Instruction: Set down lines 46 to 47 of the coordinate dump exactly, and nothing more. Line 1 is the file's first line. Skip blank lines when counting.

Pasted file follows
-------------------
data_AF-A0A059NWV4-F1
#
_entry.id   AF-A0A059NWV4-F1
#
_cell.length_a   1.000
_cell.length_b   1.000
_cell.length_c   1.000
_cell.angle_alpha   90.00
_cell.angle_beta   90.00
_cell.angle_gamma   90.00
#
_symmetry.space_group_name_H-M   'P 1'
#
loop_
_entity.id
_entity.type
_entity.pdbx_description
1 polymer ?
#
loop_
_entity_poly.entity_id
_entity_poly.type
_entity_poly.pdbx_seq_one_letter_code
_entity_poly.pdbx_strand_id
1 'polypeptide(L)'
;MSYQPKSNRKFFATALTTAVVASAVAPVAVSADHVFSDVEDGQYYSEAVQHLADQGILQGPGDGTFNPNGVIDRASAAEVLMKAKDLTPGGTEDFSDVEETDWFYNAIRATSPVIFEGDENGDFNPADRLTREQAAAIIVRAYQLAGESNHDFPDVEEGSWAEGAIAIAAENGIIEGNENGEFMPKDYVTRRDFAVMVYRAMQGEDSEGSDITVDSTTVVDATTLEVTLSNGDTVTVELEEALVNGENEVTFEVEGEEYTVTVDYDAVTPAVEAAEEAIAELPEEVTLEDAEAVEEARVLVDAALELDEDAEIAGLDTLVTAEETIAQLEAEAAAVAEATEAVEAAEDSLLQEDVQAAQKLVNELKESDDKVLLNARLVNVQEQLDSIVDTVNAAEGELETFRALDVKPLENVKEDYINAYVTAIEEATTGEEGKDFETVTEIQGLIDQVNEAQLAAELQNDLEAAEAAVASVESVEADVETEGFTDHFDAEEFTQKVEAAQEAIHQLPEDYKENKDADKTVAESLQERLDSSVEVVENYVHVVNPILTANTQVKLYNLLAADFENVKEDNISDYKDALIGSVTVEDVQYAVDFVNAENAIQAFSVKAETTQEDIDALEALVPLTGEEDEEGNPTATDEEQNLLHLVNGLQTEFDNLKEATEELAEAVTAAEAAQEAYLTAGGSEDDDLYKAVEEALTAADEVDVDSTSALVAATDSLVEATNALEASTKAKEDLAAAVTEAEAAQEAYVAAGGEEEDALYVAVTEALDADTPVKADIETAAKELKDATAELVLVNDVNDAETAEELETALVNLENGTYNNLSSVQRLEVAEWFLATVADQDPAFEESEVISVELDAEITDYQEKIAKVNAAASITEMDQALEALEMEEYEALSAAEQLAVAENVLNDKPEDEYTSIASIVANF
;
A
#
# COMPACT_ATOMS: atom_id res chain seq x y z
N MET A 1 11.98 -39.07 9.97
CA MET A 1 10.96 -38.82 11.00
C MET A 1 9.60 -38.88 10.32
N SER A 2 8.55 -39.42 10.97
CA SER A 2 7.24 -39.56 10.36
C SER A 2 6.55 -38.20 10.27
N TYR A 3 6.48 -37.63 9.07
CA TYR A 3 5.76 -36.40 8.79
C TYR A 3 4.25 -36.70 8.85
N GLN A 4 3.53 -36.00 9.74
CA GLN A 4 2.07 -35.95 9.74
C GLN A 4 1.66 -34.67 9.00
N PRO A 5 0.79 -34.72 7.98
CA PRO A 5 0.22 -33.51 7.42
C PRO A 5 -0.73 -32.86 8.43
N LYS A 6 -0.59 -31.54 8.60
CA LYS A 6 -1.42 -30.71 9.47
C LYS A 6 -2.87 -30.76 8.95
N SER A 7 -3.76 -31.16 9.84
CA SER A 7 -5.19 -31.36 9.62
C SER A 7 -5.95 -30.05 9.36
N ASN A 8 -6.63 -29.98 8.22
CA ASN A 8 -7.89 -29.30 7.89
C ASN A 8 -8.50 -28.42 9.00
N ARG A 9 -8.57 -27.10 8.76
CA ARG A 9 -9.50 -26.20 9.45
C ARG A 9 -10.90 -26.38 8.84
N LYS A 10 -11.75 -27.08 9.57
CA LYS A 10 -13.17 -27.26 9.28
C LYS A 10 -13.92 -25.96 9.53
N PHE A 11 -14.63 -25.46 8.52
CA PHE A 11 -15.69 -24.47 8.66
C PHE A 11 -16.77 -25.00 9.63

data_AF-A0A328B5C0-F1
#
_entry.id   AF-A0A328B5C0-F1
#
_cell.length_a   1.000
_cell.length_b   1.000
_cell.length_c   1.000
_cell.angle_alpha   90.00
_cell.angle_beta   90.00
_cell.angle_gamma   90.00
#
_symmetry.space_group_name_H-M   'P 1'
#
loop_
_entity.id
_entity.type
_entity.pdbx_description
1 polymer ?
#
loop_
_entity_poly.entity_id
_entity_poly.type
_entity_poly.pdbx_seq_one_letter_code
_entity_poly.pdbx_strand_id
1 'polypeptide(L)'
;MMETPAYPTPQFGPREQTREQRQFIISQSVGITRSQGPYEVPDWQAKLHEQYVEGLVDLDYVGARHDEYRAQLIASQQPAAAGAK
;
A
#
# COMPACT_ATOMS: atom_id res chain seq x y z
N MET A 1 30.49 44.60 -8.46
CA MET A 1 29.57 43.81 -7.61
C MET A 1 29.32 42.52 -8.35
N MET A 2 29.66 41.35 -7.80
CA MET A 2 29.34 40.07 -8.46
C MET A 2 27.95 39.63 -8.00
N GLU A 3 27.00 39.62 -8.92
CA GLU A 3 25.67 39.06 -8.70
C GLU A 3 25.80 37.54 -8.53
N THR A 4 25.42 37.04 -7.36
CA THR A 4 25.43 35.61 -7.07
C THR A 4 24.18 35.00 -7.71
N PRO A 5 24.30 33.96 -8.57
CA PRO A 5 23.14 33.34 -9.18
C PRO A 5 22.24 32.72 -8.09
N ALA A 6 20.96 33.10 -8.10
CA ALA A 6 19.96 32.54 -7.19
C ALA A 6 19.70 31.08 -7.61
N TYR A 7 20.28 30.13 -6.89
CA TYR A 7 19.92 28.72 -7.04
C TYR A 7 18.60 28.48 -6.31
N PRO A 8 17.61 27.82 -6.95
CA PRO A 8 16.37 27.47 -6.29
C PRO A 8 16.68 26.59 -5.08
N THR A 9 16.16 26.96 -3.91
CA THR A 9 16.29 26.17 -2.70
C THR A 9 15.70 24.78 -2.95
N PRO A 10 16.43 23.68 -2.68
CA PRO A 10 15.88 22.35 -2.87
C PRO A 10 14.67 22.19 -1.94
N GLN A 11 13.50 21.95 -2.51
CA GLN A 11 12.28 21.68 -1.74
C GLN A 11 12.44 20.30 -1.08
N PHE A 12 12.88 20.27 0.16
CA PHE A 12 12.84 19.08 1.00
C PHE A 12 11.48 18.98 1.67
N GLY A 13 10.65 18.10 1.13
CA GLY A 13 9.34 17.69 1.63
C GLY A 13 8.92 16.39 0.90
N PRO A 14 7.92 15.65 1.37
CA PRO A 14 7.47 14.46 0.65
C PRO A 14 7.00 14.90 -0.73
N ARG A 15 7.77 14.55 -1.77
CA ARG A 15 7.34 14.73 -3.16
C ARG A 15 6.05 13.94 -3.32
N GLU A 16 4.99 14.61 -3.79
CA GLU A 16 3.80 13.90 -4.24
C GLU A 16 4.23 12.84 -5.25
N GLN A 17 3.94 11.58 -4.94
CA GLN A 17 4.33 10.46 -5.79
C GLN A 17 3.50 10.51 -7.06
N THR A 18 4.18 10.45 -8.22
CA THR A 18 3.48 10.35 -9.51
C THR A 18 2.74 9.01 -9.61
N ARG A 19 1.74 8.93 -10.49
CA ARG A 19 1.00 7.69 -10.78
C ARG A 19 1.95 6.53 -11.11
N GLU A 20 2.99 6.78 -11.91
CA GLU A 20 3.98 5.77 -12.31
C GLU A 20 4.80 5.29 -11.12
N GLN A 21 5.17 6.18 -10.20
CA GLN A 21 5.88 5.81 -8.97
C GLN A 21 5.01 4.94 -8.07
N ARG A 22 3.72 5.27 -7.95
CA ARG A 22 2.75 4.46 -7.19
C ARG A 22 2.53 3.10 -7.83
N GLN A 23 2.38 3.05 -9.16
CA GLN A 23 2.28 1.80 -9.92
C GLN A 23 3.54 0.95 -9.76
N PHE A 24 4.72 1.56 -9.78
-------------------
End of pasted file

N LYS A 6 -0.59 -31.54 8.60
CA LYS A 6 -1.42 -30.71 9.47